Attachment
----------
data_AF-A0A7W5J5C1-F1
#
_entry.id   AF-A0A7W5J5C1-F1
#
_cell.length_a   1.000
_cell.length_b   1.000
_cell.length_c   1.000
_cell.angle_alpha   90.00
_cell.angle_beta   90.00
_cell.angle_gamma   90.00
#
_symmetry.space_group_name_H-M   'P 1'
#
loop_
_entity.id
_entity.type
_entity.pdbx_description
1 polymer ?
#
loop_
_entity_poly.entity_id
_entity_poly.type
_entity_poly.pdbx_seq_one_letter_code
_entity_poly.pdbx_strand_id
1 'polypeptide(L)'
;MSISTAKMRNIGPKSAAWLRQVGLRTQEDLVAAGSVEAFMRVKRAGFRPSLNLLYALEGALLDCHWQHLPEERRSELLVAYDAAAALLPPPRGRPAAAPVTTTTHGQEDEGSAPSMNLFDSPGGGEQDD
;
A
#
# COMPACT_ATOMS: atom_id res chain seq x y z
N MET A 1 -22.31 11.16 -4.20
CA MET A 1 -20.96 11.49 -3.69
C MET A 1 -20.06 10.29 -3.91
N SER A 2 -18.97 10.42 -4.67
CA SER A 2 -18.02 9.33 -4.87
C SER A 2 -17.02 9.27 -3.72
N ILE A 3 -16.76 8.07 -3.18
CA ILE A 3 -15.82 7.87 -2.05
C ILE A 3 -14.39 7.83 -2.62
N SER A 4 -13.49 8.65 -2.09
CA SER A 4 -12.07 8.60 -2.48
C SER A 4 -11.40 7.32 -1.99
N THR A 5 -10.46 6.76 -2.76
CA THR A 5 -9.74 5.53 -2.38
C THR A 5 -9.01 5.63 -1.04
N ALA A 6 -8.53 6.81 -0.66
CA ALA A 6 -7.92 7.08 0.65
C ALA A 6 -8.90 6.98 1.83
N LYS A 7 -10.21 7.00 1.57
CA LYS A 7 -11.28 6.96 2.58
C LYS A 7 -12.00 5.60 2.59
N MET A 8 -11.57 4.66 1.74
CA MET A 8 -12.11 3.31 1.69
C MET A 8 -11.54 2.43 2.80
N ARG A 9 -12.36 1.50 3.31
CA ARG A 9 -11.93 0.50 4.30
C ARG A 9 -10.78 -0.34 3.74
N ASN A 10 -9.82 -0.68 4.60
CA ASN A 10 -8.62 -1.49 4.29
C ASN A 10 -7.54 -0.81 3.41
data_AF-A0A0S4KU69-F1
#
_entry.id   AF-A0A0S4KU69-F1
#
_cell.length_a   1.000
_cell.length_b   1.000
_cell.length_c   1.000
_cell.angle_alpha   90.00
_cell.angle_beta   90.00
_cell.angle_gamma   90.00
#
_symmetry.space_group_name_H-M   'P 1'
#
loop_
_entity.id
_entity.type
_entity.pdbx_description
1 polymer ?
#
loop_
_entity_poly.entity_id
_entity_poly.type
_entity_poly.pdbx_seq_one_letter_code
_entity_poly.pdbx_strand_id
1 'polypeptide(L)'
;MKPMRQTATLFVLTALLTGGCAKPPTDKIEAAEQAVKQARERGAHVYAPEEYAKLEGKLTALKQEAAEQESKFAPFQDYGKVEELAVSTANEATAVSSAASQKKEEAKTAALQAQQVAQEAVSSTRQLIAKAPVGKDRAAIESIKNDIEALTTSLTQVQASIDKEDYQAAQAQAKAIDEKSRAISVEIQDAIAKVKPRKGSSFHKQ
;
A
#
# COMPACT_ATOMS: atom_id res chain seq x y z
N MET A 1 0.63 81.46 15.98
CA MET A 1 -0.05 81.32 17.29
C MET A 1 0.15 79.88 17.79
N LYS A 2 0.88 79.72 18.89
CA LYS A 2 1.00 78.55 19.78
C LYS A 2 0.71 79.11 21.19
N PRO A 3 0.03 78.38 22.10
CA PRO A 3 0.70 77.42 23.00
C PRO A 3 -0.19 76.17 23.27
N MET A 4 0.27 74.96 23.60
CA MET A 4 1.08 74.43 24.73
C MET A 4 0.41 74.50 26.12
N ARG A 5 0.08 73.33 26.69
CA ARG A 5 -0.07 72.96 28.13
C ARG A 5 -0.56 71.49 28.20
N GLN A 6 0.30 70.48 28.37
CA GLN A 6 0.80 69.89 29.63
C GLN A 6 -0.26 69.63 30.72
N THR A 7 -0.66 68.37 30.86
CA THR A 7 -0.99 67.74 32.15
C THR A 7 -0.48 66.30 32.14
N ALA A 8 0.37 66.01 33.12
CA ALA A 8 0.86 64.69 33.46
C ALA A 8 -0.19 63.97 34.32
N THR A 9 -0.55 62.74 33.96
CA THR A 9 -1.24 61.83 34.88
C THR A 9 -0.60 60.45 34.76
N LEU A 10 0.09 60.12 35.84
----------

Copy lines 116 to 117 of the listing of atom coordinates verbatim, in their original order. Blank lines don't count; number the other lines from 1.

CA THR A 9 -1.24 61.83 34.88
C THR A 9 -0.60 60.45 34.76